Wednesday, October 27, 2010


I've engaged someone across the Causeway in his postings about the process of creating a GM or grandmaster. Though he approaches it from the motivational speaker point of view, it is laughable ignorance on his part perhaps that several bloggers have tried to dispel  his thoughts which they think will only serve to misguide. So I guess its time to prove myself in what I know about his area of expertise (motivation and mind training) when it comes to chess players.

He is not wrong in that there are components in chess by listing the 2 player's minds, the chessboard, the clock. So I shall attempt to recommend the various books below which can help him understand the subject of chess better.

Having been around the chess training scene since 1982, although a volunteer then, I have researched quite a bit on the thinking process of the chess player and how it affects his/her  game. 2 landmark books come to mind:

Adrian De Groot's classic thesis on the thinking of chess players (from club player to World Champion) gives us an insight of the workings of the different class of chess players. What is interesting is his experiments by getting Grandmasters and World Champions to talk out loud what's in their heads as they see a position. We then realise that Grandmasters calculate not much different from the standard way of Check, Capture then Threat but they also are very good at grasping relationships between pieces while thinking. These bits of information (called chunks) allow them to orientate themselves in any position and find solutions to the problem at hand. A updated version of this book is Dan Heisman's the Improving Chess Thinker.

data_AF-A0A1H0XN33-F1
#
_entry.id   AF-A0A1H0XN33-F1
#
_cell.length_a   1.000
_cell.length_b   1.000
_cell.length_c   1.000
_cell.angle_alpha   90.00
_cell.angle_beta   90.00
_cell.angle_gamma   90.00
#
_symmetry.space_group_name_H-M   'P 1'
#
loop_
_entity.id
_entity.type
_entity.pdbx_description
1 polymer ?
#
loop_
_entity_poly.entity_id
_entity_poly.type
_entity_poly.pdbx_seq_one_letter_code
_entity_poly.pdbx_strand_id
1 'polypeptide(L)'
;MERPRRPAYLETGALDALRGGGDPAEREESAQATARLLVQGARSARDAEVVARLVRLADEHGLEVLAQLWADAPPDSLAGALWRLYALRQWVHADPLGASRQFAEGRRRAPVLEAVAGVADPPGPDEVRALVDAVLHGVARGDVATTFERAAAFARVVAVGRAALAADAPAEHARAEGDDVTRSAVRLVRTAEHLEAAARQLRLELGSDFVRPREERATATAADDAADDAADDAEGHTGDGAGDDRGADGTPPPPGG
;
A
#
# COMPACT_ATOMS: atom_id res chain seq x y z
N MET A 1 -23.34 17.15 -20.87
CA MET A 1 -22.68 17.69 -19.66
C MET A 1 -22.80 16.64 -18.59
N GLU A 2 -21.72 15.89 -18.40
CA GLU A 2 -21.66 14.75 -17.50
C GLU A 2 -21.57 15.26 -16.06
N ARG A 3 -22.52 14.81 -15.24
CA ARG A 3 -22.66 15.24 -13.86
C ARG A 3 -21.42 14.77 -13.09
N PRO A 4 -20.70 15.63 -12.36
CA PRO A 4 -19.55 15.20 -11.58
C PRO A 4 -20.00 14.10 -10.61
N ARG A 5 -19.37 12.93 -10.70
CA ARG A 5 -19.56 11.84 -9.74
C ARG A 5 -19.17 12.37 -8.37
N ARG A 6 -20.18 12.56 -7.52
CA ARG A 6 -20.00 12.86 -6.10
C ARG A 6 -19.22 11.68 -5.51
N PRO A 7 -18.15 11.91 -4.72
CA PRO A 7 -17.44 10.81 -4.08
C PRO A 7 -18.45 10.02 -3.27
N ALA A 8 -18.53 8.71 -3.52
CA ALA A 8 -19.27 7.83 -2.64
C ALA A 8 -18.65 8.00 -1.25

I have the utmost respect for Mr Heisman, who is only a National Master but speaks wealth of chess instructional knowledge in his Novice Nook articles found on NM Heisman further continues the experiment by Dr DeGroot and expands on the peculiarities of chess players when analysing the same positions set by DeGroot 70 years ago. Not much has changed apparently, but it does give valuable information to chess coaches on how to work on the player's thought processes according to their playing strength. If you know how to think, you will play better moves. Not by shutting down 'noise' which should not exist if you concentrate on the what to think.

In the realm of chess psychology, nobody beats GM Nikolai Krogius. A GM himself, he set upon the task of defining the different aspects of the chess mind and how it operates when pondering positions on the chessboard. Some of the topics like Time Trouble and its causes/cures, nerves, visualising, the chess image are very relevant to the tournament player in that there are methods given to correcting such weaknesses. A good book to understanding how to deal with competition variables.

As a chess coach, one must learn and continue to receive good inputs from others. We certainly do not bury our heads in the sand as someone pointed. The 2 authors have given wonderful insights on a training method that has yielded results. I urge anyone who wants to task himself on creating a GM to sincerely read what they have to say, because they have a training system that works. No need to join dots, imagine fears and what not. 

Knowledge is what sets us free from ill-conceived notions of delusion, so I hope I have answered the sceptics who have doubts about my understanding about in the area of chess training.

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